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We add a built in attribute for handling pin projection:

struct MyCombinator<F> {
    #[pin_accessor]
    field: F,
}

This generates a method fn field_pin(self: PinMut<'_, Self>) -> PinMut<'_, F>, and also generates these constraints:

  1. for<F> MyCombinator<F>: Unpin implies F: Unpin
  2. for<F> MyCombinator<F>: PinDrop or for<F: MyCombinator<F>: !Drop

This requires no unsafe code to perform pin projections.

Unpin

The unpin constraint is an implies constraint, we generate a query about the relationship between the field type and the self type. There's no way to generate a constraint like this in the surface syntax of Rust today, but the compiler builtin could.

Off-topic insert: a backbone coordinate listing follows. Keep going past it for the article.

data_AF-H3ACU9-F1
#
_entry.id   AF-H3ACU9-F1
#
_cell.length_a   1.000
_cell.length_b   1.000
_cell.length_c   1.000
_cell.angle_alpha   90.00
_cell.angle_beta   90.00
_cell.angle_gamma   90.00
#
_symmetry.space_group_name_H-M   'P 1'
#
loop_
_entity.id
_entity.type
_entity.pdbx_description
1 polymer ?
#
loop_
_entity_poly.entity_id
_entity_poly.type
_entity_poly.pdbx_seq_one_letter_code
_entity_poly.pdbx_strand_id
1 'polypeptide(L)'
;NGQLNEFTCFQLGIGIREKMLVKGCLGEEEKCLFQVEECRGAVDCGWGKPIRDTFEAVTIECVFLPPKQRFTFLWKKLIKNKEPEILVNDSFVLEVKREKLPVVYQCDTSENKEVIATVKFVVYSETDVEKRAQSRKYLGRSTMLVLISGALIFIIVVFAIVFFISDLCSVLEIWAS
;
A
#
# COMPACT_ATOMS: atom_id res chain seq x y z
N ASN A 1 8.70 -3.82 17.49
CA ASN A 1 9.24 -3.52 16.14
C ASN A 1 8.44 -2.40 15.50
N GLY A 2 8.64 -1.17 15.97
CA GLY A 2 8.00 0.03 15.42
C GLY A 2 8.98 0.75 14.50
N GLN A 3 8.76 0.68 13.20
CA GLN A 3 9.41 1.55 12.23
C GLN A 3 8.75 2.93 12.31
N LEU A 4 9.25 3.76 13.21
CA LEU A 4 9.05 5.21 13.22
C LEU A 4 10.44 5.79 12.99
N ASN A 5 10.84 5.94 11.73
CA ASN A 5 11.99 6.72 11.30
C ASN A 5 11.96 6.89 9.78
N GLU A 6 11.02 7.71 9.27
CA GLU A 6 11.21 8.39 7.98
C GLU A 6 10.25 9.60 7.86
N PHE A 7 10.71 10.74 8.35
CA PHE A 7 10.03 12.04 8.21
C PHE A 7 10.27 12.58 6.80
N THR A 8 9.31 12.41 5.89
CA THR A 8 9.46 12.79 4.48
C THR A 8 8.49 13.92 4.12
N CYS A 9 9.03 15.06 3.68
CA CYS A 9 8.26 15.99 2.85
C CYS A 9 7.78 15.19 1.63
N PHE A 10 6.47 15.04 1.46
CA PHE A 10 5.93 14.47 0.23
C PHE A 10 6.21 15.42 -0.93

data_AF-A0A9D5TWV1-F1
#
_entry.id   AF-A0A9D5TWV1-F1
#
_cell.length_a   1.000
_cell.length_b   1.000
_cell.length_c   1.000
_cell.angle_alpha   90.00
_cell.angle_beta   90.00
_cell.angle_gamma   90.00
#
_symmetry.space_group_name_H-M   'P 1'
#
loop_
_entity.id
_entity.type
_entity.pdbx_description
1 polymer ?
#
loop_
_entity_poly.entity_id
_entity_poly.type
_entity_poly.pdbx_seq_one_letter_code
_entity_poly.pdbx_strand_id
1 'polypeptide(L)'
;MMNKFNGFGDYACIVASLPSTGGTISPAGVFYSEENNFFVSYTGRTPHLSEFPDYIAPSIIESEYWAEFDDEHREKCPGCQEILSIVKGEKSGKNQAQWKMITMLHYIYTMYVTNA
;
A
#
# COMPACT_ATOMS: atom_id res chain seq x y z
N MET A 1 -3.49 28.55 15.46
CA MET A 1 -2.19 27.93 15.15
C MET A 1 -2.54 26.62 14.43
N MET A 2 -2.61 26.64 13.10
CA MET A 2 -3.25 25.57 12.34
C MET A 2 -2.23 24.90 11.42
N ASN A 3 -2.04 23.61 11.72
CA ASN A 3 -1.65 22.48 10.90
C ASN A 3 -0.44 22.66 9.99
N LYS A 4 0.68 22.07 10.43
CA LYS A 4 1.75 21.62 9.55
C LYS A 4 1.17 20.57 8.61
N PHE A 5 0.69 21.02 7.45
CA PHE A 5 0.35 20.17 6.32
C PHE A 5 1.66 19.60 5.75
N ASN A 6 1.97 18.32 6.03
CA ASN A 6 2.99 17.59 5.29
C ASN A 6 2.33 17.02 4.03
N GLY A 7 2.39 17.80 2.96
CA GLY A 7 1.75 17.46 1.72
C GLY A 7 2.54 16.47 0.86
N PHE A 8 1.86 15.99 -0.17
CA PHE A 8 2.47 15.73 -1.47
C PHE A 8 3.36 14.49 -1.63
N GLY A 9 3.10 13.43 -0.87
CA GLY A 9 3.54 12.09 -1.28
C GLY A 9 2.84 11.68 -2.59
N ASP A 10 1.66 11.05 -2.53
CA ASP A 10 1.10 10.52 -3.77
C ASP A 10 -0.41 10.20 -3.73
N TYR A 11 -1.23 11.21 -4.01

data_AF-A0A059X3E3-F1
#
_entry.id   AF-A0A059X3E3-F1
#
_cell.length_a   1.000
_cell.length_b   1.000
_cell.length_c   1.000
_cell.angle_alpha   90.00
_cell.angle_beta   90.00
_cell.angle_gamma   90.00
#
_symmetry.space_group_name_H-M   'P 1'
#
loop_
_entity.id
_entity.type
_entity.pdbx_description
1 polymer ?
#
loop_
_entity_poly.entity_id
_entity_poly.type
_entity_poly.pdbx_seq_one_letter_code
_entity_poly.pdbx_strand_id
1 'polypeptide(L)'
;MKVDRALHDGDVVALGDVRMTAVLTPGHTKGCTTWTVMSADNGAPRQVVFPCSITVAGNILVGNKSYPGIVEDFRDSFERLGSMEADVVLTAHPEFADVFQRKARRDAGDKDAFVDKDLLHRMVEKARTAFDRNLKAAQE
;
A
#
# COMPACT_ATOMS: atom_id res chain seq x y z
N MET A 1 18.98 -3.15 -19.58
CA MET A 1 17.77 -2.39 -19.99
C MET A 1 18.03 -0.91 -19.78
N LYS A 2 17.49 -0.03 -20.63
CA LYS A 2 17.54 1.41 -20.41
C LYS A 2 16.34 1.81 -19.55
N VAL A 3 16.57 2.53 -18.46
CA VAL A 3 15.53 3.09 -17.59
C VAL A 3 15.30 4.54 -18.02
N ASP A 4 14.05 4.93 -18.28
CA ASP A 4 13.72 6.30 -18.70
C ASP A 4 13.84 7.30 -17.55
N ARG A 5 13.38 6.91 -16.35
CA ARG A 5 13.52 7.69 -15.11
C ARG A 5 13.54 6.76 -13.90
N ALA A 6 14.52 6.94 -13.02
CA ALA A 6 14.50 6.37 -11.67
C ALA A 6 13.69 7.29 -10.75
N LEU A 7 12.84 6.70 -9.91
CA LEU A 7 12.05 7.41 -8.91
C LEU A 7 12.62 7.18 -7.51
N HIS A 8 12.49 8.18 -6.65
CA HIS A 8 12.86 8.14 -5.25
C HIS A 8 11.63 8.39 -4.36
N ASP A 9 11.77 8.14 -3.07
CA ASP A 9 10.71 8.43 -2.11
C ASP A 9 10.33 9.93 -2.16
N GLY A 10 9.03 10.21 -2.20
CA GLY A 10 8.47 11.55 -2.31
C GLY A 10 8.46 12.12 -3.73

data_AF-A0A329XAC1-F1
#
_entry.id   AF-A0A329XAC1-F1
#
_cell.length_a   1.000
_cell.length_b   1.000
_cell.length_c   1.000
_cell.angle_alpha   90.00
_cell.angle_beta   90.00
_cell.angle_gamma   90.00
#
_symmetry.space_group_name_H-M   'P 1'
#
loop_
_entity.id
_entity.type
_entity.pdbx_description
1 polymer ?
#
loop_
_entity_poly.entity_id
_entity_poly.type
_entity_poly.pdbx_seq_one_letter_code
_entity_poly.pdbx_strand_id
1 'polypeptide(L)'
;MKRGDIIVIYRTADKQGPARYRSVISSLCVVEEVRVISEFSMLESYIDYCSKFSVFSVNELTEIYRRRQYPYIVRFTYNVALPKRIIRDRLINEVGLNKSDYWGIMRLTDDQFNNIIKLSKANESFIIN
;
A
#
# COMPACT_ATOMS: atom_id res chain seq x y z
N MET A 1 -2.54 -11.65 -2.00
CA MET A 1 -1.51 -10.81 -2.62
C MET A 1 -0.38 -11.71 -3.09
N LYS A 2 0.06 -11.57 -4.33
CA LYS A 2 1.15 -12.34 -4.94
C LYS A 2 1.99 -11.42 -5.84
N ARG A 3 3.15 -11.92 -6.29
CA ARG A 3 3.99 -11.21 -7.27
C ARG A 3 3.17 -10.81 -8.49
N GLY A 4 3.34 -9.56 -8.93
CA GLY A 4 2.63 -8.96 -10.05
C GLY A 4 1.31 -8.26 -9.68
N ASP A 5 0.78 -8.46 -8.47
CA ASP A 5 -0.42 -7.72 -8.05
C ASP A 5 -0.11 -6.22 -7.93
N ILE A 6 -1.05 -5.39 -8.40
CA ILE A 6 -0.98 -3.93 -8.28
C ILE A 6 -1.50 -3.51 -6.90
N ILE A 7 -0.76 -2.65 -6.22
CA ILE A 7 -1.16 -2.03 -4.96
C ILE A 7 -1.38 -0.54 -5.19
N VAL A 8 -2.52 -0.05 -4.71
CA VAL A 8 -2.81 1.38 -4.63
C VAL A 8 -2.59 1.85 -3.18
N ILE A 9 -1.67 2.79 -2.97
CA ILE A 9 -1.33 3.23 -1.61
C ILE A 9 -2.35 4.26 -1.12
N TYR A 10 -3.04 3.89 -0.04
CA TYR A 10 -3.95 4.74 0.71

The current compiler is not structured to solve this kind of constraint, but chalk is. Further integration of strategies from chalk into rustc is necessary before this kind of constraint could be generated.

PinDrop

We add a new, special trait, to the standard library:

trait PinDrop: Drop {
    fn pin_drop(self: PinMut<Self>);
}

impl<T: PinDrop> Drop for T {
     fn drop(&mut self) {
         pinned!(self);
         self.pin_drop();
     }
}

(This trait is special because this kind of blanket impl is not actually allowed in library Rust, so it would have to be implemented internally).

If a type using the #[pin_accessor] attribute needs a destructor, it must use the PinDrop trait, rather than the Drop trait. That way, it is guaranteed that it does not move out of the tagged field in safe code (unless the field implements Unpin).

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